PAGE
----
Syndicate Rules May Create Problems for Small Businesses and §163(j) Interest Limits

An exception to the general rule that small businesses are exempt from the §163(j) limits on the deduction for business interest applies to any entity that is a “tax shelter.”  The most likely problem to arise that many may not initially notice is that the organization might meet the definition of a syndicate.

On January 11, 2019, Tax Notes Today published a story that featured comments from Tony Nitti, CPA that discussed the potential issues that may arise with the interest deduction limitation under §163(j) and the syndicate rules.

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IRS Issues News Release to Clarify That Loans a Bank Calls a Home Equity Loan May Still Be Deductible as Mortgage Interest After TCJA

In News Release IR-2018-32 the IRS sought to deal with what appears to be a widespread misunderstanding of how the home mortgage interest deduction works under the revisions passed as part of the Tax Cuts and Jobs Act.  The IRS points out that merely because a lender refers to a loan as a “home equity” loan, that does not mean the interest will not be deductible in 2018, so long as proceeds of the loan are used to acquire or substantially improve the residence.

Under IRC §163(h)(3)(F), only “acquisition indebtedness” (as defined by IRC §163(h)(3)(B)) will be deductible, and “home equity” indebtedness (as defined by IRC §163(h)(3)(C)) will not be.  Too many taxpayers, reporters and, in this author’s experience, even tax advisers are ignoring the “as defined by” clauses above and instead go directly to using loan labels to determine deductibility.

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IRS for the Third Time Extends Safe Harbor Method for Recipients of Hardest Hit Fund Relief Through 2021

The IRS in Notice 2017-40 again extended the time period, this time through 2021, that taxpayers may use the safe harbor method of reporting HFA mortgage relief originally granted in Notice 2011-14.  Notice 2015-77 had extended until the 2017 tax year the safe harbor method originally provided for in Notice 2013-7 of reporting payments made on a home mortgage that had received relief from a state housing agency from the Hardest Hit Fund (HFA Hardest Hit Fund).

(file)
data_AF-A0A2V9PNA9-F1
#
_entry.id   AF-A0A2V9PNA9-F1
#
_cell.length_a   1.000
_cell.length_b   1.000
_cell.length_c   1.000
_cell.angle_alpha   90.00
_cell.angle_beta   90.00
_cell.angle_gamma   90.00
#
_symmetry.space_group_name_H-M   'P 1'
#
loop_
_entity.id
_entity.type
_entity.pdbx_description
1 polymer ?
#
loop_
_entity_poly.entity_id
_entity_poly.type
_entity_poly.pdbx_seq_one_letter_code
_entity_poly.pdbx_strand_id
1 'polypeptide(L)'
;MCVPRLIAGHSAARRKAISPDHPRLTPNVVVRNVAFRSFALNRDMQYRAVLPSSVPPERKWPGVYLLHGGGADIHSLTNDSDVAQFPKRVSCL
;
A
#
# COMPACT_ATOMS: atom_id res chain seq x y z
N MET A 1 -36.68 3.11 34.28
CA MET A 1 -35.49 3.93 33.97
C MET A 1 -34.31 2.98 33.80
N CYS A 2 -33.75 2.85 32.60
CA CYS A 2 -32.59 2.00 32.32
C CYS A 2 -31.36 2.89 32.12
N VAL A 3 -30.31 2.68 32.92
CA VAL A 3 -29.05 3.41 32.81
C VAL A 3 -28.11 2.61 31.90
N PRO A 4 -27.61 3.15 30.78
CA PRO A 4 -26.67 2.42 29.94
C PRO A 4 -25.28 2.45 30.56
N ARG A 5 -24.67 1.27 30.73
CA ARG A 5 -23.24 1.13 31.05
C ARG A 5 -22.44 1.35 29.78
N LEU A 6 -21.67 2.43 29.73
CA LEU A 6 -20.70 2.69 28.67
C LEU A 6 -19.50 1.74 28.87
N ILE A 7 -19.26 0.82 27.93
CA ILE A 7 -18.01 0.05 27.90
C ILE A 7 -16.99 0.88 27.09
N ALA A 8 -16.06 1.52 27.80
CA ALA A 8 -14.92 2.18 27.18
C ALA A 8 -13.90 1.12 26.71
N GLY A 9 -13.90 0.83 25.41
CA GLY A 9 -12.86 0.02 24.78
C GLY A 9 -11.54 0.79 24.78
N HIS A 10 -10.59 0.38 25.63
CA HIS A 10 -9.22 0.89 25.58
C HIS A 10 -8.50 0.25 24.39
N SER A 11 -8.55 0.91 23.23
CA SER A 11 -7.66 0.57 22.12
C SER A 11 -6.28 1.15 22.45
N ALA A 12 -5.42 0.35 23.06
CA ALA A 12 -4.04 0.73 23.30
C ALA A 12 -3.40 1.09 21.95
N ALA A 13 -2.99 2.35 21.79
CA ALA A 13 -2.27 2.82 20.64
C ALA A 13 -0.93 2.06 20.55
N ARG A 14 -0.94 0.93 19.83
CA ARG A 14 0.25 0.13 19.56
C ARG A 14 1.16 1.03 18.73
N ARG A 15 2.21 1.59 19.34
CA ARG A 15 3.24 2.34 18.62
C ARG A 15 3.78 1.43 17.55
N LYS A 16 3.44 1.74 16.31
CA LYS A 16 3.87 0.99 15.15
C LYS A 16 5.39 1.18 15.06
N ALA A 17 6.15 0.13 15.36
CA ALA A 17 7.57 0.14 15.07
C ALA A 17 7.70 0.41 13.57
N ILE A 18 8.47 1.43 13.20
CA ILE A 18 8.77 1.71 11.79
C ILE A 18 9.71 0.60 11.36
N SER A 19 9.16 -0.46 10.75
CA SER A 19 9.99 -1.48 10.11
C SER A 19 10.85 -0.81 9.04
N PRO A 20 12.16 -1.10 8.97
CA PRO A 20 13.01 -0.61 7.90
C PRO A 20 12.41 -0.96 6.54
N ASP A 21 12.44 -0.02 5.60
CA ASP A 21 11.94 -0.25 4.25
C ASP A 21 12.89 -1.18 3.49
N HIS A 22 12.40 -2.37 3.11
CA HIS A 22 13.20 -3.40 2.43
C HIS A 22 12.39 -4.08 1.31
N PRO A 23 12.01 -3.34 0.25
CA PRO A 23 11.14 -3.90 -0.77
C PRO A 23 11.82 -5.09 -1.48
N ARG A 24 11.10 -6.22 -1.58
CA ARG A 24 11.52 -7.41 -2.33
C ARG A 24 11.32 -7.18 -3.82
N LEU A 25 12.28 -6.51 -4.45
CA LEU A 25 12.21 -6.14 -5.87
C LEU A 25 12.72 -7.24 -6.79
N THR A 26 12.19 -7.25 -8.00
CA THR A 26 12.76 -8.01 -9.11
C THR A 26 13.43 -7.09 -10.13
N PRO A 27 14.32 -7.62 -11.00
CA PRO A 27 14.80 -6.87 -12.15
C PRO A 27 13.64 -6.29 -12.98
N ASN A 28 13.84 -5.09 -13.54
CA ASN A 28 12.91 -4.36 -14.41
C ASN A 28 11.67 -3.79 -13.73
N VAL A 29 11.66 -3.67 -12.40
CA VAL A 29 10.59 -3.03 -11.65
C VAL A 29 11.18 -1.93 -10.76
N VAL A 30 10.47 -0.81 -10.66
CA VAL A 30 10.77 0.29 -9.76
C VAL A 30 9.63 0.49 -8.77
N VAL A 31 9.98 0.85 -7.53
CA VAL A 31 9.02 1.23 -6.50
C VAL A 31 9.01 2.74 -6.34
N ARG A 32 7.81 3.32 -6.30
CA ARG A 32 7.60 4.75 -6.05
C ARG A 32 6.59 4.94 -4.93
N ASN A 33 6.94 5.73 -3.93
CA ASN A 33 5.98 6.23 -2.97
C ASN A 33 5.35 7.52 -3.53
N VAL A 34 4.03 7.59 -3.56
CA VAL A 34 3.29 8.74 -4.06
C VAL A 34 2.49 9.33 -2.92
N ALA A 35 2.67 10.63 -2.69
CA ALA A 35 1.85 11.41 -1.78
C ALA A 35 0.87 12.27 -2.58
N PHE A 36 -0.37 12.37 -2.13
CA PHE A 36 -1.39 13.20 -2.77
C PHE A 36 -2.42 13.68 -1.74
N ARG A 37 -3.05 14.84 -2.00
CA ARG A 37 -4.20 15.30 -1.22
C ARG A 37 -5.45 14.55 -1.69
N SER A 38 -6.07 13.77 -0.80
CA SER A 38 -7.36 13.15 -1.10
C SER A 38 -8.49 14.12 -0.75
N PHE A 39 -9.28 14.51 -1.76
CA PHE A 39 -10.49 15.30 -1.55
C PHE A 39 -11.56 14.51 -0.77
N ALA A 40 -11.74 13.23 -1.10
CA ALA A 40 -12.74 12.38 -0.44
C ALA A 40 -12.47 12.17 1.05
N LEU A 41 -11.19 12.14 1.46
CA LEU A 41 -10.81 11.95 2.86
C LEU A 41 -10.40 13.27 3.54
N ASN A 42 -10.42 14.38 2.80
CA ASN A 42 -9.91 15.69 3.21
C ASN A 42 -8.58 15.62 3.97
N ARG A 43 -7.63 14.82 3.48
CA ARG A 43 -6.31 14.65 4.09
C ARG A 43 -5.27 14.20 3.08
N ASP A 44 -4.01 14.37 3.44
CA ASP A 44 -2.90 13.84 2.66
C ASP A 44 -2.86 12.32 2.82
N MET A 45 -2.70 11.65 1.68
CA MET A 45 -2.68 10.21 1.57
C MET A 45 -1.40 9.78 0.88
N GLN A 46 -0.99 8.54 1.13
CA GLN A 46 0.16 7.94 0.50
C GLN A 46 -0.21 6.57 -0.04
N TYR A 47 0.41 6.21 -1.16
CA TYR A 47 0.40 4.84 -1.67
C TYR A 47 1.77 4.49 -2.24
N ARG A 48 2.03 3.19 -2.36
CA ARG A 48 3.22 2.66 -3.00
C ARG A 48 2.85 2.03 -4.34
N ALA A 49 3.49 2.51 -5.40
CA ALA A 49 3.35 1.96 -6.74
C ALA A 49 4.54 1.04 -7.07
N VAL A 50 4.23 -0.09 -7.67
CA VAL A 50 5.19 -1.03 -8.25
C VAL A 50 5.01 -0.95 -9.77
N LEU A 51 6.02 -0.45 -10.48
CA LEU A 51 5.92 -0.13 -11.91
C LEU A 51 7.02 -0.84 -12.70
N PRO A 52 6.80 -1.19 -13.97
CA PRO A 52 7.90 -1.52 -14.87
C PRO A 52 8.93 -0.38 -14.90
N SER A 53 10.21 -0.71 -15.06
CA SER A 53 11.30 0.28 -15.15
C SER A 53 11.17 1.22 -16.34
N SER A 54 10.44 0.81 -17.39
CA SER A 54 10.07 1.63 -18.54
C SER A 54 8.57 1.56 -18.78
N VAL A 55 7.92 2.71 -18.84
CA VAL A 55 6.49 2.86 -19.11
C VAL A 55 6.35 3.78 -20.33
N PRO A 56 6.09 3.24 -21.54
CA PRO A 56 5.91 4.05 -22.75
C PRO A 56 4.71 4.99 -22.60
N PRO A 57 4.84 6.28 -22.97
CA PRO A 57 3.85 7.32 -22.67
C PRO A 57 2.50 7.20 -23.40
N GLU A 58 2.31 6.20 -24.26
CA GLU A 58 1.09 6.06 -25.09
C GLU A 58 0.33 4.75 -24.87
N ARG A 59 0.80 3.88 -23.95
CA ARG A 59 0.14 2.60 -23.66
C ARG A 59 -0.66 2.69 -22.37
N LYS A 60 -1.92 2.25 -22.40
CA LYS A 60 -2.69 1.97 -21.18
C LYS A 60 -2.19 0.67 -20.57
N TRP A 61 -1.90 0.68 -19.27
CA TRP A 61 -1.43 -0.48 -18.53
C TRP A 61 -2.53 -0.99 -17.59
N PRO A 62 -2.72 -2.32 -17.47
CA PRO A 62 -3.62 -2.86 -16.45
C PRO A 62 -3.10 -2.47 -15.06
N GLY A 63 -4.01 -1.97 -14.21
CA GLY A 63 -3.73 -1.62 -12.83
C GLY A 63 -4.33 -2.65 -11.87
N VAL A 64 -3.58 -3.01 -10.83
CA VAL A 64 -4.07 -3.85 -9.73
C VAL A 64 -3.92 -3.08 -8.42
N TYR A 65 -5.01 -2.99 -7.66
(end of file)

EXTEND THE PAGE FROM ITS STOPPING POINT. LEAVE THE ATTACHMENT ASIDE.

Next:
The new notice also extends relief from penalties related to information returns for mortgage services and state housing agencies due to payments made under the program.

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IRS Acquiesces in Ninth Circuit View That Home Mortgage Interest Limitation is Applied on Per Taxpayer Basis

In Action on Decision 2016-02 the IRS decided to acquiesce in the result in the case of Voss v. Commissioner, 796 F.3d 1051 (9th Cir. 2015), rev'g Sophy v. Commissioner, 138 T.C. 204 (2012).

The original decision was reported last year on this site (Home Mortgage Debt Amount Limitation Applies on a Per Residence, and Not Per Taxpayer, Basis per Tax Court, But Ninth Circuit Overrules and States It Is a Per Taxpayer Limit).  That case had looked at whether unmarried individuals who jointly owned a residence each were allowed to claim home mortgage interest deductions on up to $1.1 million of debt, or whether that $1.1 million limitation applied on a per residence basis.

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Taxpayer Fails to Show He Was Either Equitable Owner of Residence or That He Actually Paid Mortgage Interest Claimed

In order to claim a deduction for interest paid that is otherwise deductible, generally a cash basis taxpayer must both actually pay the interest in question (since that controls the timing of deductions in that case) and be liable on the debt (since only a taxpayer’s own expenses are going to generally be deductible). However even if one is not directly liable on a mortgage on a principal residence, if the taxpayer is the legal or equitable owner of the property in question the taxpayer can still claim a deduction on that debt. [Treasury Reg. §1.163-1(b)]

In the case of Jackson v. Commissioner, TC Summary Opinion 2016-33, the taxpayer claimed to be the equitable owner of a residence he shared with his girlfriend in which they both lived and that he had paid amounts towards the mortgage that should enable him to claim interest deductions despite the fact that the Form 1098 was issued in his girlfriend’s name and he was not listed either on the deed for the property nor as liable on the debt.

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Memo Analyzes Proper Deduction of Mortgage Interest Where There are Multiple Obligors on the Note

Dealing with a home mortgage interest deduction when the property is held by more than one person and those individuals are paying on the mortgage but not filing a joint income tax return creates issues when preparing the tax returns for those individuals.  While taxpayers often believe the rule is “we can split it however we want,” Chief Counsel Advice 201451027 reminds us that there are rules that apply in these situations.

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